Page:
Wednesday, October 10, 2018

Wednesday's Random Slang-o-rama: Living the life of Riley


Okay, who is this Riley guy and why is he (and his life) so special?? And where did this phrase come from, anyway? I'm determined to find out.

>
>
>
>
>
>
>
>
>
>
>

>
>
>

According to The Phrase Finder, "the life of Riley" means:
an easy and pleasant life
Well, I want some of that! 

Luckily for me, The Phrase Finder has a long and fascinating article on this saying and its etymology. I'd love to simply repeat everything they say here, but that wouldn't be kosher. So, I will instead pull out some tidbits for your edification.

Here's the first interesting bit:
... The phrase came into common usage around the time of WWI. The first printed citation of 'the life of Riley' (with the easy/carefree meaning of the phrase) that I have found is from the Connecticut newspaper The Hartford Courant, December 1911 - in a piece headed 'Bullet Ends Life of Famous Wild Cow':
The famous wild cow of Cromwell is no more. After "living the life of Riley" for over a year, successfully evading the pitchforks and the bullets of the farmers, whose fields she ravaged in all four seasons.
The quotation marks that the writer added around the phrase are often an indication that the phrase in question isn't familiar to the readership, which is an indication of it being quite recently coined.
The phrase was much used in the military, especially in WWI. The first known citation in that context is in a letter from a Sergeant Leonard A. Monzert of the American Expeditionary Forces 'somewhere in France', an extract of which was published in The Brooklyn Daily Eagle on 26th May 1918. In the letter Monzert wrote that he and his pals were 'living the life of Reilly'.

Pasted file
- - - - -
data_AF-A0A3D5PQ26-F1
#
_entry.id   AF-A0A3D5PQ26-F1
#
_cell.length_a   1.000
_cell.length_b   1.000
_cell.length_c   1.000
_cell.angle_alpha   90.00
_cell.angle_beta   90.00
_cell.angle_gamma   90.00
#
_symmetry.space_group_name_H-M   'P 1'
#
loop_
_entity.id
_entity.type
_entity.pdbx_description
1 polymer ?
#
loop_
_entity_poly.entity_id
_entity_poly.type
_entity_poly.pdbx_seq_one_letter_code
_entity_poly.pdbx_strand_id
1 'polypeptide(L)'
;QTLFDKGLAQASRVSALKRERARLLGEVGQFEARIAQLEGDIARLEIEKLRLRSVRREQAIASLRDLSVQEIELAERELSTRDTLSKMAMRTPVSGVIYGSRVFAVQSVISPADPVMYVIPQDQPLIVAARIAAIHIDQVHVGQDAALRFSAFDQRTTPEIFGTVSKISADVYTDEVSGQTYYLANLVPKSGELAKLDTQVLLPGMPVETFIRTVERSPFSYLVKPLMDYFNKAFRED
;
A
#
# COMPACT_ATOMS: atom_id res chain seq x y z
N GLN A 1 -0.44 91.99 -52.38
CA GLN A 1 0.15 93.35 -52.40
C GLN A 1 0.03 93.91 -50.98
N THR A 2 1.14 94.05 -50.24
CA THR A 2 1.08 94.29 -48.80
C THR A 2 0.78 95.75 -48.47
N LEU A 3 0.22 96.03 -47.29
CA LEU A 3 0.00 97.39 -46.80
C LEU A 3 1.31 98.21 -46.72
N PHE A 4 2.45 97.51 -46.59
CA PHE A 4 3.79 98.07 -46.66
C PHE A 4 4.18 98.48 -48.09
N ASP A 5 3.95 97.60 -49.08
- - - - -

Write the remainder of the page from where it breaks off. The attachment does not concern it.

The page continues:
Here's the second bit, which is of special interest to me, given that it references a song from 1883. (The historical mystery book I'm working on is set in 1882 San Francisco.)
... There had been various Victorian music hall songs that had referred to a Reilly who had a comfortable and prosperous life; for example, there's the 1883 song, popularised by the Irish/American singer Pat Rooney - Is That Mr. Reilly? It included in the chorus "Is that Mr. Reilly, of whom they speak so highly?"
And finally, an answer (sort of) to the question: Was Riley "a real person?"
... A scan of a copy of the newspaper the Dublin Weekly Nation, Saturday 14 October 1899 shows that the Riley (and as it turns out it is Reilly, not Riley) was the hero of a popular folk ballad, living exactly the life that would lead to the coining of the phrase we have been seeking.
It's a fascinating article, so I encourage you to check it out, if you are so inclined.

A strong cup of coffee would be a start....




4 comments:

Liz V. said...

Sign me up for that life, please!

Ann Parker said...

Me too, Liz! :-)

Colleen Casey said...

Very interesting... I had no idea of its Irish origins. LOVE that fact!

Ann Parker said...

Hi Colleen! It's fun to delve into the whys and wherefores of these little sayings/bits of slang... I don't think I'll ever run out of slang to explore... :-)